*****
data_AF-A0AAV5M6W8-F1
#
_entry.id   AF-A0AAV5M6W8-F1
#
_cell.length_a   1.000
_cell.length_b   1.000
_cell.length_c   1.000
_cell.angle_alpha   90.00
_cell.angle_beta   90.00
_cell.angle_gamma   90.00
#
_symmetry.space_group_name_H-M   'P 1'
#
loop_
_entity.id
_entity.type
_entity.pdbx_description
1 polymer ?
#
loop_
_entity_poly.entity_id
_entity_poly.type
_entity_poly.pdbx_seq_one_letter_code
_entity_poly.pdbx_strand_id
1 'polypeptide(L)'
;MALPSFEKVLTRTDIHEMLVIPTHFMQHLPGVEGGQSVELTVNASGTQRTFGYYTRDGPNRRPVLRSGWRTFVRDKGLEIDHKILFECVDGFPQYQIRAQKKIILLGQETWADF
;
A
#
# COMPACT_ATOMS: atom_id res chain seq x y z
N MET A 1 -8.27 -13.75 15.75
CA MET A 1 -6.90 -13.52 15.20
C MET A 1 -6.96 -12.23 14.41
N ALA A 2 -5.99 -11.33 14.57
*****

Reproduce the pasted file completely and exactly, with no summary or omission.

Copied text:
data_AF-A0AAV5M6W8-F1
#
_entry.id   AF-A0AAV5M6W8-F1
#
_cell.length_a   1.000
_cell.length_b   1.000
_cell.length_c   1.000
_cell.angle_alpha   90.00
_cell.angle_beta   90.00
_cell.angle_gamma   90.00
#
_symmetry.space_group_name_H-M   'P 1'
#
loop_
_entity.id
_entity.type
_entity.pdbx_description
1 polymer ?
#
loop_
_entity_poly.entity_id
_entity_poly.type
_entity_poly.pdbx_seq_one_letter_code
_entity_poly.pdbx_strand_id
1 'polypeptide(L)'
;MALPSFEKVLTRTDIHEMLVIPTHFMQHLPGVEGGQSVELTVNASGTQRTFGYYTRDGPNRRPVLRSGWRTFVRDKGLEIDHKILFECVDGFPQYQIRAQKKIILLGQETWADF
;
A
#
# COMPACT_ATOMS: atom_id res chain seq x y z
N MET A 1 -8.27 -13.75 15.75
CA MET A 1 -6.90 -13.52 15.20
C MET A 1 -6.96 -12.23 14.41
N ALA A 2 -5.99 -11.33 14.57